To analyse emotional intelligence in job candidates, it can be helpful to ask questions or use an assessment to see how they would respond in different situations.
Adaptability refers to an individual’s ability to adjust to change and work effectively with it. Also sometimes referred to as flexibility, adaptability is a soft skill that allows employees to work in a fast-faced or ever changing environment. This is often linked to open-mindedness and decision-making skills.
One of the most important soft skills your candidates should have, empathy links closely to other skills such as teamwork, communication, and emotional intelligence. Empathy is defined by Merriam Webster dictionary as:
‘the action of understanding, being aware of, being sensitive to, and vicariously experiencing the feelings, thoughts, and experience of another of either the past or present without having the feelings, thoughts, and experience fully communicated in an objectively explicit manner.’
In other words, empathy is about being able to intuit the feelings and thoughts of others – a key interpersonal skill that allows for better interactions and communication. For example, in recruitment for a customer service role you need to ensure that the candidate is able to understand the feelings of the customer in order to give them the best experience.
However, empathy is a soft skill that is also important in a range of non customer-facing roles. Whether you’re hiring an HR team member, a designer, or a marketing expert, choosing a candidate with strong empathy is important because it means that they will understand how the work they do impacts people.
If you’re hiring someone for an entry level role there’s no need to think about their leadership skills, right? Wrong. Leadership skills are important even in entry level positions because these skills can help them thrive in their roles and maybe one day be promoted.
Leadership skills include a range of other soft skills including management, mentorship, emotional intelligence, and patience, all of which are beneficial in the workforce.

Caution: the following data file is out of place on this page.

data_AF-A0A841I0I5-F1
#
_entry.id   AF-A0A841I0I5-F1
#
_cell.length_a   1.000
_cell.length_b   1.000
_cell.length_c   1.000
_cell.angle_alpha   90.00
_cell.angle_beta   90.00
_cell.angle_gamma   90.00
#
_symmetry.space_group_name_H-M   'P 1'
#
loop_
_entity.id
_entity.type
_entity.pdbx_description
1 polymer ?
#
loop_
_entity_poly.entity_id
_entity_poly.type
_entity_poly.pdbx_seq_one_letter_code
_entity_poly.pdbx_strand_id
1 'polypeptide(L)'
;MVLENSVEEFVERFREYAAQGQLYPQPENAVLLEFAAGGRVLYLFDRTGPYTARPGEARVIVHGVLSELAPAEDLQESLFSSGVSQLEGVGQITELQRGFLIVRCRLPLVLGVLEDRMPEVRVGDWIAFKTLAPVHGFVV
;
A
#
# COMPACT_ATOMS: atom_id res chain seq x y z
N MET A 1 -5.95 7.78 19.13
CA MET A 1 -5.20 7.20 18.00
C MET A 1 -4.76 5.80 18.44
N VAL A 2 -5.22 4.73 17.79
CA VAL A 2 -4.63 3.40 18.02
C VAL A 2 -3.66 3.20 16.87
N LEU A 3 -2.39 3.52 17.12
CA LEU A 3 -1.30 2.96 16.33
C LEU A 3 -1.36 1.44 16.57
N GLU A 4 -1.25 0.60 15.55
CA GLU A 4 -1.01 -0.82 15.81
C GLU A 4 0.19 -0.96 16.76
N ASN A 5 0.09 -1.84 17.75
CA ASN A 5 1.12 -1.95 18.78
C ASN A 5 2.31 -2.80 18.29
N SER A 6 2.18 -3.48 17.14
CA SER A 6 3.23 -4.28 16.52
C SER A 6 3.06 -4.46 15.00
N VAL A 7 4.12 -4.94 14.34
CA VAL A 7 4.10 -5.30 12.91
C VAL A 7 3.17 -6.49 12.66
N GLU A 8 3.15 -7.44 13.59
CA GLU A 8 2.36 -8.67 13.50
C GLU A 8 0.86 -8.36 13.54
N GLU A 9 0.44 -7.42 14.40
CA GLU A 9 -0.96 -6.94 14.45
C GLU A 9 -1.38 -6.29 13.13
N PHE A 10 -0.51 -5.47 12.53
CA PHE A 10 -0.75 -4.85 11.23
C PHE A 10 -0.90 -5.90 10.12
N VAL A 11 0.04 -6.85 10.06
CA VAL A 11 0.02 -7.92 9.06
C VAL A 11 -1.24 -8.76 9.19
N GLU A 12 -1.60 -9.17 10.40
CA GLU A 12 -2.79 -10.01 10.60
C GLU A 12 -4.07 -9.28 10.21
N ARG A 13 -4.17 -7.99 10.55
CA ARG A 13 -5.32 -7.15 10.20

People with strong leadership skills are an asset in your organisation, even if they’re not hired for leadership roles at the present moment.
How to assess soft skills in hiring
Despite the importance of a workforce with a good range of soft skills, 57% of companies struggle to assess the soft skills of applicants. This is because soft skills are notoriously hard to test.
However, there are some ways to effectively test soft skills in recruitment. Skills tests are a great way to do this. While some skills tests focus on hard skills such as literacy or accounting, soft skills tests are a great way to evaluate traits such as communication, problem-solving, or time management.
Situational judgement tests (SJTs) are a great way to gain an insight into how a candidate will exhibit their soft skills in a particular work-related situation by giving them hypothetical scenarios and asking them how they would react. These questionnaires do not necessarily have a correct or incorrect answer; instead, they provide an insight into soft skills such as time management or teamwork.
Another test that can indicate a candidate’s soft skills is a verbal reasoning or numerical reasoning assessment, which can help you understand their problem solving skills. Delivered under time pressure, these tests also help recruiters understand applicants’ time management skills and ability to work under pressure.
Interested in implementing skills testing in your hiring process to better evaluate your candidates’ all-important soft skills? Skillsarena can help. As one of the UK’s leading providers of skills assessment software, Skillsarena’s off-the-shelf and bespoke skills tests can help your team find the perfect person for the job.